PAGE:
Inside the West Wing, aides believe that Netanyahu will use the congressional speech to address his audience at home as much as in the U.S., according to one of the senior officials. The prime minister will likely express gratitude for the United States’ help and stress the longstanding alliance between the two nations. But aides also anticipate that Netanyahu will ask for more assistance without any conditions — something they suspect will be icily received by Democrats.

The big unknown, the senior official admitted, is if Netanyahu will use the moment to offer any specific criticisms of Biden or his response to Israel’s operations in Gaza. The West Wing is keenly aware of Netanyahu’s precarious domestic political situation, in which he is trying to placate the far-right members of his coalition who want further escalation of the war against Hamas. For the prime minister, being perceived at home as fighting Biden could be helpful.

Airing his grievances about arms transfers with the Biden administration openly, Netanyahu told Punchbowl News in an interview published Friday, “was absolutely necessary after months of quiet conversation that did not solve the problem.”

“I’m not a partisan, I’m not a Republican or a Democrat. I’m an Israeli patriot, and I speak on behalf of the Israeli people,” he continued.

Netanyahu has used speeches to Congress for his political purposes before, infuriating the Obama-Biden White House when he addressed a joint session in 2015 to attack that administration’s proposed Iran nuclear deal.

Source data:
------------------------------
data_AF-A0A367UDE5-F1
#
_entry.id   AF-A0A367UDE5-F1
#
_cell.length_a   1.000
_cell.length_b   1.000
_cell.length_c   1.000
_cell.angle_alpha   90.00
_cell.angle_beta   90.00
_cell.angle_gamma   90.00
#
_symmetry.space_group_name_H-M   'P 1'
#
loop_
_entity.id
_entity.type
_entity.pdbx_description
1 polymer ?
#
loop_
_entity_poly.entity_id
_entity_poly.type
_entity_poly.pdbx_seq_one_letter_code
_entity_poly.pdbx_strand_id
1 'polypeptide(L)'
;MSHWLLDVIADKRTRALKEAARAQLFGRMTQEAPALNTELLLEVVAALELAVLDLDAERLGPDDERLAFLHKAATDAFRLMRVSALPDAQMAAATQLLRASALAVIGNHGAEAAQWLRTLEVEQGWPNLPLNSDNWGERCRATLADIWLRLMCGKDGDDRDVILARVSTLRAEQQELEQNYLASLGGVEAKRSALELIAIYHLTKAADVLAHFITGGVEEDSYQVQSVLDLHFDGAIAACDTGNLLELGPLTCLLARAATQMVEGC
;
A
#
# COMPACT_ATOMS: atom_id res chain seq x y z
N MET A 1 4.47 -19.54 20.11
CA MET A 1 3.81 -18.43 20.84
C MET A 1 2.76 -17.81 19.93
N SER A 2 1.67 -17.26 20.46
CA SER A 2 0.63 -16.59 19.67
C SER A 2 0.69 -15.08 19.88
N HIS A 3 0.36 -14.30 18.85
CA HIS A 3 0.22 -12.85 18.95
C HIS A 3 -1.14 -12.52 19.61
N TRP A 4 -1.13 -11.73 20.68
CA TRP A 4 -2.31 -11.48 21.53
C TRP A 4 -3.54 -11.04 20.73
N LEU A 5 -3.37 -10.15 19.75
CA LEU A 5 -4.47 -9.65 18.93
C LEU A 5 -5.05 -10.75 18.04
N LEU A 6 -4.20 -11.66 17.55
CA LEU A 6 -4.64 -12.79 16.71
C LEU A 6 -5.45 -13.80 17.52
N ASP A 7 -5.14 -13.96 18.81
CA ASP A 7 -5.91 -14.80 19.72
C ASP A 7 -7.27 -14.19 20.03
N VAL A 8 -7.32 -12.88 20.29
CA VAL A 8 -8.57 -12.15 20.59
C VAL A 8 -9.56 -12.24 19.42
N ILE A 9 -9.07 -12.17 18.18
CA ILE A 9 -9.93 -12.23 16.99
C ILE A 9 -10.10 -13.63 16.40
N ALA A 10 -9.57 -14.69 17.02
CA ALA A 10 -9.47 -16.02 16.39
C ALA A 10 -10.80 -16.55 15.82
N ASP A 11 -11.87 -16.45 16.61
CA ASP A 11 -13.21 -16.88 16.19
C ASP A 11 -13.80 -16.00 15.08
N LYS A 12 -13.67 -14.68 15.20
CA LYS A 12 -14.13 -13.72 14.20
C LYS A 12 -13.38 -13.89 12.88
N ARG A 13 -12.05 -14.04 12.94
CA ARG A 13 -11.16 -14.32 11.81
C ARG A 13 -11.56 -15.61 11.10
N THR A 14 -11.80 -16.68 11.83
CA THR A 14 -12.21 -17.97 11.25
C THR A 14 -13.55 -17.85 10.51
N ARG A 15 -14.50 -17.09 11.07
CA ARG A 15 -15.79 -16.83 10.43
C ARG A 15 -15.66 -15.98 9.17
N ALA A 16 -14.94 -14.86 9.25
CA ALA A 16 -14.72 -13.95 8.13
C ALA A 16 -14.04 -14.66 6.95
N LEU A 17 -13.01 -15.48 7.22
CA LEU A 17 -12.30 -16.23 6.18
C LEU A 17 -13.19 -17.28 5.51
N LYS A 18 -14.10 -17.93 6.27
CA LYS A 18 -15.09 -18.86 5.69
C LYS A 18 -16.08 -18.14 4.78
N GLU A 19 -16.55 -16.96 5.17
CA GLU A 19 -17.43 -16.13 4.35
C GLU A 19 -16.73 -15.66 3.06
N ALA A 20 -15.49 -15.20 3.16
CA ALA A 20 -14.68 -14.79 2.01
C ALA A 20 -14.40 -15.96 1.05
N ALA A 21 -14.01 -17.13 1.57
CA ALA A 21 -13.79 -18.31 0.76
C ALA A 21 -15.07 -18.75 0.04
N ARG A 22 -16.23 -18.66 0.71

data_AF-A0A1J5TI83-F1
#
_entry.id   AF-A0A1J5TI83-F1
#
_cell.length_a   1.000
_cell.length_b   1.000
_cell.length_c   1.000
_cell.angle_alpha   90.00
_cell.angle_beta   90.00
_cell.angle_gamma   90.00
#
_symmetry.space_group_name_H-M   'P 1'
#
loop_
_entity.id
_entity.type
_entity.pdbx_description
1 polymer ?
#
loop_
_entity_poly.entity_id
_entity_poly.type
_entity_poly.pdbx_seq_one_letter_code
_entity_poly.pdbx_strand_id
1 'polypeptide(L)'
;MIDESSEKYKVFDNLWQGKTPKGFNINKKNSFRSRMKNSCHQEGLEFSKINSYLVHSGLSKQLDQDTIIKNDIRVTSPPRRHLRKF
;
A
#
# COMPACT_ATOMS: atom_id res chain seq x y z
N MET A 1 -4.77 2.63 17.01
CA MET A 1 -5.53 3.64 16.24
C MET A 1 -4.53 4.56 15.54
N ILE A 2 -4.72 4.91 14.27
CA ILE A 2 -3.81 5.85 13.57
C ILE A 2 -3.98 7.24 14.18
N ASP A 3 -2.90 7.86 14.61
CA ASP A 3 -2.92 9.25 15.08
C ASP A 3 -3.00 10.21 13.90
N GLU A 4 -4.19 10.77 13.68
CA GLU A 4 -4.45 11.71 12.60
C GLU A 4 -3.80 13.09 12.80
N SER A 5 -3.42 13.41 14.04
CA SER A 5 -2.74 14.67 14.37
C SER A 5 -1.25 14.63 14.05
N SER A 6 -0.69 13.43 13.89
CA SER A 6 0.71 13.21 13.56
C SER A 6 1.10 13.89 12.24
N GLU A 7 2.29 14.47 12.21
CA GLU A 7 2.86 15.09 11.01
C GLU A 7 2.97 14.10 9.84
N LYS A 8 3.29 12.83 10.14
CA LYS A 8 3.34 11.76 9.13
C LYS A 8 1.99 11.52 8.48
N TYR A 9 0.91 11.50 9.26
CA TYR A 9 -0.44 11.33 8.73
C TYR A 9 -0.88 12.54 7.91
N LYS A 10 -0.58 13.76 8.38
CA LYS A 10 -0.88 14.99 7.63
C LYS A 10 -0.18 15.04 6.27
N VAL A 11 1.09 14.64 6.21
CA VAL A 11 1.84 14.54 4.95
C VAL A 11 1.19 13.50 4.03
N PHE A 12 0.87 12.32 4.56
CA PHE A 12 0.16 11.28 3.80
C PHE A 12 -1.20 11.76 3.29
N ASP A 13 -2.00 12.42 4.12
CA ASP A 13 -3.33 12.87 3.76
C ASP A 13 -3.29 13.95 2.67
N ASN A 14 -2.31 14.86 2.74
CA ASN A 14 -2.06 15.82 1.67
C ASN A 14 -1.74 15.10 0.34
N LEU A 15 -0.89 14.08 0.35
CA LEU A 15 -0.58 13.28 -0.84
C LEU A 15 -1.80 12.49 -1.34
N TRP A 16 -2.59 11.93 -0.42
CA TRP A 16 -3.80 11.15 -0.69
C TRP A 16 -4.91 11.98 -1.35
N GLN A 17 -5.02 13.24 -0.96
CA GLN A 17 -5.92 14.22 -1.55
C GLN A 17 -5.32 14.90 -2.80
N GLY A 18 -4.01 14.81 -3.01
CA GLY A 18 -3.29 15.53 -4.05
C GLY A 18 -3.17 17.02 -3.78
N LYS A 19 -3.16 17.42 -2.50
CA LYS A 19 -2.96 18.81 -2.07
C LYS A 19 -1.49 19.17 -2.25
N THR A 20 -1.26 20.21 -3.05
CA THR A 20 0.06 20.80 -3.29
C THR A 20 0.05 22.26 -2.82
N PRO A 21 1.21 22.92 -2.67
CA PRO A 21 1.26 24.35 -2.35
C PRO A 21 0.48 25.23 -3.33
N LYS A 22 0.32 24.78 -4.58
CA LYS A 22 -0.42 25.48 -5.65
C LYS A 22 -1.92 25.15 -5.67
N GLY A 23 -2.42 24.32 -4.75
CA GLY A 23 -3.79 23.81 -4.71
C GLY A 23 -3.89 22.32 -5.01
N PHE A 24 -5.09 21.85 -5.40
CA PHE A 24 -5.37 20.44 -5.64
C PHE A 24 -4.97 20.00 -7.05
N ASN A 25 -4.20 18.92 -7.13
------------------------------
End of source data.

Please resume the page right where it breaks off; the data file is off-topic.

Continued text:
That 2015 speech was not received well by progressive Democrats, who have only grown more critical of Netanyahu since the beginning of the Israel-Hamas war. Democrats have chastised the Israeli PM for disregarding humanitarian concerns in Gaza and empowering a far-right government in Israel.

“I didn’t attend last time, for obvious reasons,” said Rep. Andre Carson (D-Ind.). “I think that Americans are becoming more deeply concerned about what is being done to taxpayer dollars as it relates to what’s happening in that region.”

Some progressives, including Sen. Elizabeth Warren (D-Mass.), have indicated they will skip the late July speech.

Shadowing the address is the long-term status of U.S. aid to Israel. The White House helped shepherd a massive weapons package through Congress and has consistently signed off on additional arms shipments. But it withheld a shipment of 3,500 bombs believing they would cause unnecessary devastation if used on the densely populated city of Rafah.

Around that time, House Republicans invited Netanyahu to speak before Congress. Senate Majority Leader Chuck Schumer, a strong Israel supporter but a vocal Netanyahu critic, dropped initial reservations about the address and assented to the invitation. “The White House was not surprised by the invitation,” said a Schumer spokesperson.

A year ago, Netanyahu sought a White House meeting with Biden in the midst of a backlash at home to his proposal to overhaul Israel’s judicial system. The president, who had spoken out against the changes, declined, and instead met with the Israeli prime minister on the sidelines of the United Nations General Assembly.

Not even three weeks later, Hamas terrorists stormed over the Israeli border, propelling the region into war and irrevocably changing the dynamic between the two leaders.

The Israeli prime minister’s video this week, accusing the U.S. of withholding military aid, has raised the stakes (and the concerns) about his July 24 speech.